As we had pointed out, free cash flow had been negative for three of the last five years as a result of increasing capex intensity. The resultant returns on invested capital have not been encouraging, with the last two years only being between 1%, and 1.6%.
On Monday, Pirate filed another 13-D with an interesting letter to the board of AGL. They highlight their greater alignment with AGL shareholders versus management:
Contextually, we want to impress upon the Board that Pirate remains a beneficial owner of Angelica stock, with approximately 935,000 shares, or almost 10% of Angelica's outstanding shares. On the other hand, executive officers and directors beneficially own just over 260,000 shares (including restricted stock units), in the aggregate, and have been granted, without purchase, options on just over 440,000 shares, based on the Company's latest proxy statement. Clearly, based on our ownership, we believe that we are more closely aligned with shareholder interests than Angelica's management.
The letter also questions the valuations that management has been willing to pay for its acquisitions vis-a-vis the valuation accorded the stock itself:
The greatest area of consternation to us, as the second largest shareholder in Angelica, is the disconnect, or the meaningful valuation gap, between the aggregate price that Angelica paid for the 11 bolt−on acquisitions made between 2003 and 2006, which we understand to be in excess of $125 million, or approximately 1x sales, and the current market valuation for Angelica, which closed last night at $22.36 per share, or just over 0.5x fiscal 2006 total gross sales for Angelica.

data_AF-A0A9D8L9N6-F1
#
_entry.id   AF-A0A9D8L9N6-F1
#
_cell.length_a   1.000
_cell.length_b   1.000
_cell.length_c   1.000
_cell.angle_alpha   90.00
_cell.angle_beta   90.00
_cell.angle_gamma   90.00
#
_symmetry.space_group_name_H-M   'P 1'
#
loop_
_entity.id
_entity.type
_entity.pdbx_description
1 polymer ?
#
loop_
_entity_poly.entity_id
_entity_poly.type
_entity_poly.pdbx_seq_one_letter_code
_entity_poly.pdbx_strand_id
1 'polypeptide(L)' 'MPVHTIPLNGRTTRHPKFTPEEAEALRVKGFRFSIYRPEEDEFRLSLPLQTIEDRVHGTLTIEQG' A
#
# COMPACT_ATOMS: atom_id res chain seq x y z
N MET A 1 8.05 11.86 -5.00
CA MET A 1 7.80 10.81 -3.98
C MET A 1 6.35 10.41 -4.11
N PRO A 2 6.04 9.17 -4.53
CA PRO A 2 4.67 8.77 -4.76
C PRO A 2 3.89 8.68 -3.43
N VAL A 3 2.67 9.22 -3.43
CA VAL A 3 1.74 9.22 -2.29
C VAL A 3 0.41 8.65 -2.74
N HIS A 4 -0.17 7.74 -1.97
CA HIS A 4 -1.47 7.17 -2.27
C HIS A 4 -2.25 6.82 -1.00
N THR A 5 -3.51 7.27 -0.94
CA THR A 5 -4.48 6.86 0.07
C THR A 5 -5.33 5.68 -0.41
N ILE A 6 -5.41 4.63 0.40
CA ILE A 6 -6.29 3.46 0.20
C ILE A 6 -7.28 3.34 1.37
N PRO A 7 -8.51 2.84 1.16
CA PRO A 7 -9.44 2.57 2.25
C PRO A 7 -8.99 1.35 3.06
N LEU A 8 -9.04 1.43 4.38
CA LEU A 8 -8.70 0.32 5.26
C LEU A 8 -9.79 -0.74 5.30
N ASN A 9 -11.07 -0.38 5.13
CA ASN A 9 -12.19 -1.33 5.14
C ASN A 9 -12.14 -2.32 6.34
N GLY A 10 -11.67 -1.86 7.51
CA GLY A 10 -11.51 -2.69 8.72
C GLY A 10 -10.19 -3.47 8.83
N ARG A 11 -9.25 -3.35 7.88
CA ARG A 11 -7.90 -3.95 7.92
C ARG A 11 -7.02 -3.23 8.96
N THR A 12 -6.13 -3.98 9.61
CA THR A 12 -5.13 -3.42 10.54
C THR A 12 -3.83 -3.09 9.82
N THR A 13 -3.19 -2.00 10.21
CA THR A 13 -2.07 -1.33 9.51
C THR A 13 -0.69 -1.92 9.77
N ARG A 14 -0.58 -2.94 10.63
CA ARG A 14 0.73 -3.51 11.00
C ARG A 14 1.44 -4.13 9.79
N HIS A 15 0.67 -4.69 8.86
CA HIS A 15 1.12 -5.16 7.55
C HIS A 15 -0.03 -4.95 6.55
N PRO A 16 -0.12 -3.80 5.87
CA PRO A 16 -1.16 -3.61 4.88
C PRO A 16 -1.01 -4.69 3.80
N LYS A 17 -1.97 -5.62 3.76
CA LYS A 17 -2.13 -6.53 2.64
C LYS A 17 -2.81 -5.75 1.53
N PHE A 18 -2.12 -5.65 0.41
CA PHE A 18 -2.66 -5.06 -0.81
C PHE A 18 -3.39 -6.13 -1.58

I can understand their concern. Since the beginning of 2003, AGL has generated a cumulative $124 million in operating cash flow, of which $105 million was sustainable operating cash flow (after debt service and non-recurrings). About $130 million was expended to support operations through capex and operating related intangibles. Some $76 million in long-term debt has been added. Its free cash flow over the period was negative at -$26 million.
Contrast this with the period since the beginning of 1999 through 2002, where $150 million in free cash flow was generated cumulatively, and $77 million in long term debt was paid down. Its operating cash flow over this previous period was $231 million, of which about $186 million was sustainable.
By their nature, capital expenditures can be lumpy and may cause temporary setbacks to free cash flow over time. But over longer term periods, these expenditures tend to smooth out. The trends here are not very encouraging.
AGL 1-yr chart:
Disclaimer: Neither my family, clients, or myself have a current position in Angelica.